Today’s Morgan poll is a face-to-face survey of 842 voters, showing Labor’s two-party lead widening to 61-39 from 60.5-39.5 at the similar poll last week. This was conducted last weekend, and thus offers no guidance on the government’s honeymoon status in the post-FuelWatch leak era.
State and federal ministers met in Sydney today to discuss reform proposals being considered for a green paper to be issued in July, including bans on all corporate and union donations. The Coalition has confirmed that opposition is where it belongs by indicating it will oppose government legislation reducing the threshold for public disclosure of donations from $10,000 to $1000, after the previous government wantonly used its Senate majority to increase it from the existing $1500. A Coalition spokesman quoted by the Financial Review said the current government move was like asking the Collingwood Football Club to review the AFL’s salary cap perhaps I should offer some sort of prize to the commenter who can best make sense of this analogy. Senators John Faulkner (Labor) and Michael Ronaldson (Liberal) jousted over electoral reforms during yesterday’s lively Senate estimates hearings, but transcripts are not yet available.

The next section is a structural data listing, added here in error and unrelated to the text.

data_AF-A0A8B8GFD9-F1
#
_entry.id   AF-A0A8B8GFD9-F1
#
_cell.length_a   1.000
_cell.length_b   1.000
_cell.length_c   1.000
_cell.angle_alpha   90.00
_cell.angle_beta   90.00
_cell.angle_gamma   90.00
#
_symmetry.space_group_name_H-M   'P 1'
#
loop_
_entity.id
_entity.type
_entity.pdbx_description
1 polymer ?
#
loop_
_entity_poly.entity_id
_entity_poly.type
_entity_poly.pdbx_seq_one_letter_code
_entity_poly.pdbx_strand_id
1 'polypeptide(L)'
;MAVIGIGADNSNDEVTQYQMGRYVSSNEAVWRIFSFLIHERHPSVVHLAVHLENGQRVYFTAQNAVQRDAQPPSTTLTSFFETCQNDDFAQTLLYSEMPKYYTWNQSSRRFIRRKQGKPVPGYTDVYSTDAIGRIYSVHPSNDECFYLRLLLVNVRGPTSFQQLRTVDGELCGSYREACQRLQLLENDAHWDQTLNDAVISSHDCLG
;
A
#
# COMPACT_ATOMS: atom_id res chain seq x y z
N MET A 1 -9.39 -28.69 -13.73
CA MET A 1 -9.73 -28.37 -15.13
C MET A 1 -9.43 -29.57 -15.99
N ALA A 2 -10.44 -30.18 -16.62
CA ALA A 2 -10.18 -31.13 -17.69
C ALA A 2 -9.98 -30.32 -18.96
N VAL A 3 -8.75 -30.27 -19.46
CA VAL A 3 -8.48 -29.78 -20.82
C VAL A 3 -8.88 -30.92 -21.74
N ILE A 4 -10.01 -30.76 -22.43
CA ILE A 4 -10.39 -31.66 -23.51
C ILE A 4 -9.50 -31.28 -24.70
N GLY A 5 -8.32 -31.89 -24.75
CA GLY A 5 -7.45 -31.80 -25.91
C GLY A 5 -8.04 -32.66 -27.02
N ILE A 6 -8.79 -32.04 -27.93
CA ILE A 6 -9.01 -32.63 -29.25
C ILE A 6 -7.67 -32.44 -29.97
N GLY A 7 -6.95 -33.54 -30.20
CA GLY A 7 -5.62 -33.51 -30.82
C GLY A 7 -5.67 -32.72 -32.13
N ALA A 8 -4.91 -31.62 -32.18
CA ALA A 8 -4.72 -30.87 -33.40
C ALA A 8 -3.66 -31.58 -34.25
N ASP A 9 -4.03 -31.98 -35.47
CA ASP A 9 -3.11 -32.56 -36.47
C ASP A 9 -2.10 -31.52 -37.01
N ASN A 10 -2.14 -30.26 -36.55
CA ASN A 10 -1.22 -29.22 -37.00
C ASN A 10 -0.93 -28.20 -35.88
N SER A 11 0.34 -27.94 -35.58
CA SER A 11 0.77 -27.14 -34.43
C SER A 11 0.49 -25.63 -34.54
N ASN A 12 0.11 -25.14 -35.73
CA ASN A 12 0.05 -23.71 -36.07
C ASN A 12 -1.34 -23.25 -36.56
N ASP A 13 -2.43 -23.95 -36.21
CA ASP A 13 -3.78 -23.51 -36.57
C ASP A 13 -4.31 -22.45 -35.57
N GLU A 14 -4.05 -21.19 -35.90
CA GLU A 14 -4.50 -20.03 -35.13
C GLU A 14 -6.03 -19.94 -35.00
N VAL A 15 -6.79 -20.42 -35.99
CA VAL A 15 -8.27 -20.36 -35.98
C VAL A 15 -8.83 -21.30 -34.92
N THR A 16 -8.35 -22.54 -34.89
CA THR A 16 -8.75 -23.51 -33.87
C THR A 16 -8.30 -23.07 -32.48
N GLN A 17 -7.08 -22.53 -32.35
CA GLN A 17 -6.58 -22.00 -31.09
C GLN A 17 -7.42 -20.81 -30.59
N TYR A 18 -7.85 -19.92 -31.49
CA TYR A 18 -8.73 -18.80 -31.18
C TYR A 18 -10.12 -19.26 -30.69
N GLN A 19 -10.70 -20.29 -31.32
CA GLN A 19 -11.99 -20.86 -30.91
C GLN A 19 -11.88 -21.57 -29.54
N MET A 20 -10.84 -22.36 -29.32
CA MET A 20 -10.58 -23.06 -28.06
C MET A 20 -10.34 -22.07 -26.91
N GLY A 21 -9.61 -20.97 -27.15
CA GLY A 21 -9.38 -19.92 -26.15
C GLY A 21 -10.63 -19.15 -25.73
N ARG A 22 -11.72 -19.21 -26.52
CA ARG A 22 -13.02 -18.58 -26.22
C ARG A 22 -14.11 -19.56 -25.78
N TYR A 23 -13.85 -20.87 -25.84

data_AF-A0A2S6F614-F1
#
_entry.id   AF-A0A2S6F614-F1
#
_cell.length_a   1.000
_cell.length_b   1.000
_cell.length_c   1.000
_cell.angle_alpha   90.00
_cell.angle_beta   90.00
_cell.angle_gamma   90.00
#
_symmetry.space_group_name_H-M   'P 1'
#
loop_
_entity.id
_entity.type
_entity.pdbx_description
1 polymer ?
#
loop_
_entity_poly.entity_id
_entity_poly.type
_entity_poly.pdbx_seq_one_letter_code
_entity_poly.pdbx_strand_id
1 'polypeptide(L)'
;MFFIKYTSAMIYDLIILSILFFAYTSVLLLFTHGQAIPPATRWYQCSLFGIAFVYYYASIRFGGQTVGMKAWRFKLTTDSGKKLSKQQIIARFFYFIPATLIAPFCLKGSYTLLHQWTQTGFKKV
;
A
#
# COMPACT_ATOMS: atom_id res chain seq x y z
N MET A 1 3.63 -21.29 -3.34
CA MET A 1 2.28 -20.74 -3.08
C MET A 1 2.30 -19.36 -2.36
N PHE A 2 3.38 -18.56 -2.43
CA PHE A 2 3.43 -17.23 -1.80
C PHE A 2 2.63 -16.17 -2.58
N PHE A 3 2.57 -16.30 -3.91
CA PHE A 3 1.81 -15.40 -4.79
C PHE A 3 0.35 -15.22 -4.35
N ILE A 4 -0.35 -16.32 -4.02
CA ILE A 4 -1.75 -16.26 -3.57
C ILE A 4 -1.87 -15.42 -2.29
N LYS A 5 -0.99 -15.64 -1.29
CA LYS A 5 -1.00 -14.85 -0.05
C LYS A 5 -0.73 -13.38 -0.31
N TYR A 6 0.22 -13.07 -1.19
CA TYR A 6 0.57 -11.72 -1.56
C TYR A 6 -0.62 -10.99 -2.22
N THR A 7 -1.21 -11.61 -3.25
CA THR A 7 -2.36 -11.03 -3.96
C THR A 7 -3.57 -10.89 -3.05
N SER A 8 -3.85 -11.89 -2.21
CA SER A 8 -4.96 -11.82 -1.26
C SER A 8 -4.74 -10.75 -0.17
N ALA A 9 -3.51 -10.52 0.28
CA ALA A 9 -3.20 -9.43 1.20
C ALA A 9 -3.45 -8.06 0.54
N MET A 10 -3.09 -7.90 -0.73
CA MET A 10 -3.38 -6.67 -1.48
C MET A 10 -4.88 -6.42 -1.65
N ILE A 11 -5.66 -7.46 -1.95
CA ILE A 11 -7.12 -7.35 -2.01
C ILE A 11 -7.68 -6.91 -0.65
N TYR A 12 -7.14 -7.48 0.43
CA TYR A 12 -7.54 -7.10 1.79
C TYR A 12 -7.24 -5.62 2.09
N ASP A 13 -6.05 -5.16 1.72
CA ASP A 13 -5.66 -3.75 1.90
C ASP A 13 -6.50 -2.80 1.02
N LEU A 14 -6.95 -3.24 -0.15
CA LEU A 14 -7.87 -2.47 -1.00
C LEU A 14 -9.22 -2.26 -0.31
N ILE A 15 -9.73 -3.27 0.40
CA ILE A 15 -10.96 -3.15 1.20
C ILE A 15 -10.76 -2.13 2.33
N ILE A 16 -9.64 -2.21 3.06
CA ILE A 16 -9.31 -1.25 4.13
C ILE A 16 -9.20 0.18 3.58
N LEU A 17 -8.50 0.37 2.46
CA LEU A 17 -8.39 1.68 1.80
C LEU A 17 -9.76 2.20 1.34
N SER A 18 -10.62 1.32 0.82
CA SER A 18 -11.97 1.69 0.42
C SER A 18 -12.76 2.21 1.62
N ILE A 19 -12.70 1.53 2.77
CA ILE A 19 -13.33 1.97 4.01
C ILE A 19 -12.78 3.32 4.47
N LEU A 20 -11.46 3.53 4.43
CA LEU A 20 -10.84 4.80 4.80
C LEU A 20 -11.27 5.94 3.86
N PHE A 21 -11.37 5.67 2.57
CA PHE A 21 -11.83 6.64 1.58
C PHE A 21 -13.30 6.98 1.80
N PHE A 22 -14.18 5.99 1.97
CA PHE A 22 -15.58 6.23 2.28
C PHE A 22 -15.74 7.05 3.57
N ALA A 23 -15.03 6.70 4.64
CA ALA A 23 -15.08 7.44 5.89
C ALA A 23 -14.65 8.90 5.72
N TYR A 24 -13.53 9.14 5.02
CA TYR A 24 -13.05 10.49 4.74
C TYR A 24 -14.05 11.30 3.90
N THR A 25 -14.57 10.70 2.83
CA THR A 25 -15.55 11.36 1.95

A paper by Phillip Senior and Peter van Onselen on leadership effects in federal elections, published in the latest issue of the Australian Journal of Political Science, is freely available online (or at least, I thought it was now I can’t find the link). Using Australian Election Study data from 1990 to 2004, they find leader preference scored higher than issue variables in driving vote choice at every election except 1998, when the GST mattered more than opinion of Howard or Beazley. The GST also scored notably high in 1993, though not as high as opinion of Keating.
Unelected candidates for Franklin at the 2006 Tasmanian state election have been invited to nominate for the June 10 recount to replace Paul Lennon, who has retired from the parliament as well as the premiership. This will involve counting preferences from the 16,666 primary votes cast for Lennon, which will have gone overwhelmingly to unsuccessful Labor candidates Ross Butler and Daniel Hulme. Both the distribution of Lennon’s preferences and the primary votes (1066 for Butler, 620 for Hulme) suggest that Butler, taxi driver, retired school principal and former president of the Tasmanian Teachers Federation, will succeed in his bid for the seat. The Hobart Mercury reports that Hulme, a 28-year-old former Labor student who has worked in Mr Lennon’s Kingston electoral office for the past year, will also nominate.